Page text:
Spoiler Alert: I happen to be in Lark Harbor Newfoundland when a right whale was found dead over the mountain in Cedar Cove. I spoke with the locals and learned they knew of ten right whales in their neighborhood, likely not part of the whale count made closer to PEI. While 13 dead right whales dead, ten dead in the Gulf of Saint Lawrence, is a tragedy, these deaths may cause a paradigm expansion, if not shift, in our understanding of the North Atlantic right whale population and where else they go summer and winter. Here are compelling reasons why there are more North Atlantic right whale than the reported 525. It began with listening and observing locally. I invite you to add your right whale observations and thoughts in a comment below.
The tenth right whale known to die in the Gulf of Saint Lawrence was found in Cedar Cove, Newfoundland. Nobody lives in Cedar Cove because it is on the outside of the Bay of Islands facing weather that rushes head-long across the Gulf of Saint Lawrence. Cedar Cove Trail Head Parking Lot is at the end of the road from Corner Brook. Past York Harbor and Lark Harbor, the road ramps up through spruce forests around table-top moors to a place known for the best beach combing in Newfoundland.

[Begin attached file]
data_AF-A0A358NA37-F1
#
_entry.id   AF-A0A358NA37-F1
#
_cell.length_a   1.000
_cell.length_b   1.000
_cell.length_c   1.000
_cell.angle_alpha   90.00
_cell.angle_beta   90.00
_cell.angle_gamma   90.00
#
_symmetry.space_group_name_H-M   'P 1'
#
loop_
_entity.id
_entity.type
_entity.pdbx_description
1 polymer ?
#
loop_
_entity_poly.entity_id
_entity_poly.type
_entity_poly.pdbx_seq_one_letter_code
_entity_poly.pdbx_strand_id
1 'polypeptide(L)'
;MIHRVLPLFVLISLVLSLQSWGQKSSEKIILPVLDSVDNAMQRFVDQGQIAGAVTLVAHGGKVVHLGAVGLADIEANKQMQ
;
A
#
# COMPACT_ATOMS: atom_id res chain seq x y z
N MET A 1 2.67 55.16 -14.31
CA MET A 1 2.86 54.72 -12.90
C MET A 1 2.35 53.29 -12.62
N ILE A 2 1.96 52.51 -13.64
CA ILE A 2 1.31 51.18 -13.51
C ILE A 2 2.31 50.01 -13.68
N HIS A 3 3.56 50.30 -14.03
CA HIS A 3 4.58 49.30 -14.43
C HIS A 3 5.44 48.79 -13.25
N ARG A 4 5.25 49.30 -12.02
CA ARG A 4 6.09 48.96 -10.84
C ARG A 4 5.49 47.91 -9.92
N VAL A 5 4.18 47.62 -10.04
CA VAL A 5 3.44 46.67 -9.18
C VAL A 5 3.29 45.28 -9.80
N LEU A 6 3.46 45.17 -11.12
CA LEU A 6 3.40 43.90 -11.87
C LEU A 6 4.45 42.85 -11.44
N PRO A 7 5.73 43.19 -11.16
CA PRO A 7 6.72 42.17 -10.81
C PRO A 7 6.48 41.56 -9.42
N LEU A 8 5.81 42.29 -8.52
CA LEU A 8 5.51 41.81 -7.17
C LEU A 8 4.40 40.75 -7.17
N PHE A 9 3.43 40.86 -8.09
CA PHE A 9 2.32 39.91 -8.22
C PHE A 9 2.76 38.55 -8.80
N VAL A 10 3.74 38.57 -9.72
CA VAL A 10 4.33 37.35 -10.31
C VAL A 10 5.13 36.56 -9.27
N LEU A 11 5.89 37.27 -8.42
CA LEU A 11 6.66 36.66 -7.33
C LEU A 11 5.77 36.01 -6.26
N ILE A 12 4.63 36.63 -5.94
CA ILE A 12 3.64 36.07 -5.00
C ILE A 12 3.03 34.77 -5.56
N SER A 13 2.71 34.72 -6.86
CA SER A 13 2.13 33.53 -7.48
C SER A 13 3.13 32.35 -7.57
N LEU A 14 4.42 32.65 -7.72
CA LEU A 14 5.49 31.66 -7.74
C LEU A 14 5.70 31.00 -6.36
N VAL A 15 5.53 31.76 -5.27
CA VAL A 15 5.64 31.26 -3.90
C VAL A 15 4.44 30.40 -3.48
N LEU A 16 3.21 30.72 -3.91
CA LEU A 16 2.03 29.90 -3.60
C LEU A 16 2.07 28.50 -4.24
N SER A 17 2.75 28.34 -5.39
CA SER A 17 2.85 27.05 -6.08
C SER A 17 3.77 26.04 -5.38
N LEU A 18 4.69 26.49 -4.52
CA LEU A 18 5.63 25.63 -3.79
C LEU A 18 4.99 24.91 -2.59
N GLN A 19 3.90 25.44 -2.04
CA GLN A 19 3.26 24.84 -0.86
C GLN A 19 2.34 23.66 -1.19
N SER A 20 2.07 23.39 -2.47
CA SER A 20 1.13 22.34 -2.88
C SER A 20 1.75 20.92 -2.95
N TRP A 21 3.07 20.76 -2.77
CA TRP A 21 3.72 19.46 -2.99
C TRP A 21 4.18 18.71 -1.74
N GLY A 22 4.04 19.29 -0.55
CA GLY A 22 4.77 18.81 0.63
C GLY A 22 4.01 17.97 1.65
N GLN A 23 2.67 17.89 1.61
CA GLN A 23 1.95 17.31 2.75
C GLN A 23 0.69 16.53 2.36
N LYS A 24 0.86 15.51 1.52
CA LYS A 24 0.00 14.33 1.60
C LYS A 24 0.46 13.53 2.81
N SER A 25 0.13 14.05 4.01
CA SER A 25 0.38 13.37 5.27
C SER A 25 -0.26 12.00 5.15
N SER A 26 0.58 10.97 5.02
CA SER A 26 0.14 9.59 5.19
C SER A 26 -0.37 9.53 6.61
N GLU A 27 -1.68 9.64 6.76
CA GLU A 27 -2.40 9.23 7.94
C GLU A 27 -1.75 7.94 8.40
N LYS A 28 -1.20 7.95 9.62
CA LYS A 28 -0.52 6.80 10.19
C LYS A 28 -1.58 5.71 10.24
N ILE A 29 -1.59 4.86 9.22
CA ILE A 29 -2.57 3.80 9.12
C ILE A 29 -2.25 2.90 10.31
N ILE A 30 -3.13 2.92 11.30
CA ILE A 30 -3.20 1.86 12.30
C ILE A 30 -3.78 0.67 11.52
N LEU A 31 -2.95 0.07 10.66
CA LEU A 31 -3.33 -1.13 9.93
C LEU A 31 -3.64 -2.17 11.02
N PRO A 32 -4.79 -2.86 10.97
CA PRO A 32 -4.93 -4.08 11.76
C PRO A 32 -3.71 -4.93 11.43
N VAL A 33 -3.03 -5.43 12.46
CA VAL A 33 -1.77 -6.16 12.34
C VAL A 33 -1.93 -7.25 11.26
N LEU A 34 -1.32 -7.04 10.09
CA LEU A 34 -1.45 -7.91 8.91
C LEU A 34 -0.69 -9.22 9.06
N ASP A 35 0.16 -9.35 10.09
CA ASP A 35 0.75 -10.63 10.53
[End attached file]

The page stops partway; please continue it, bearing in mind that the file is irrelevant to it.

August 2, 2017, the day the whale was found, I was offshore of Cedar Cove on a tall sailing ship, the bark Europa. We had anchored the night before in the harbor named for the HMS Lark that was in this place 250 years ago. We cleared the Bay of Islands in the morning and headed south along the western shore before Cedar Cove. The wind was very light from the north. In addition to the five square sails on fore and main masts, plus gaft-rigged mainsail on the mizzen, stunsails were set with clews pulled out on whisker poles, three above each other on either side of the foremast sails.
The next day I was told of the dead whale by a crew member from Corner Brook. This was not the first right whale to perish close by the Bay of Islands. A right whale was also found dead in Chimney Cove on the outer shore just north of the Bay of Islands. The local knowledge was that eight right whales were feeding in the mouth of the Bay of Islands. This is arguably Newfoundland’s most important estuary due to the cold waters that flow down the Humber River from Deer Lake. This is a strong salmon run with grilse, small salmon, and salmon weighing more than 30 pounds. Here’s proof of a healthy ecosystem.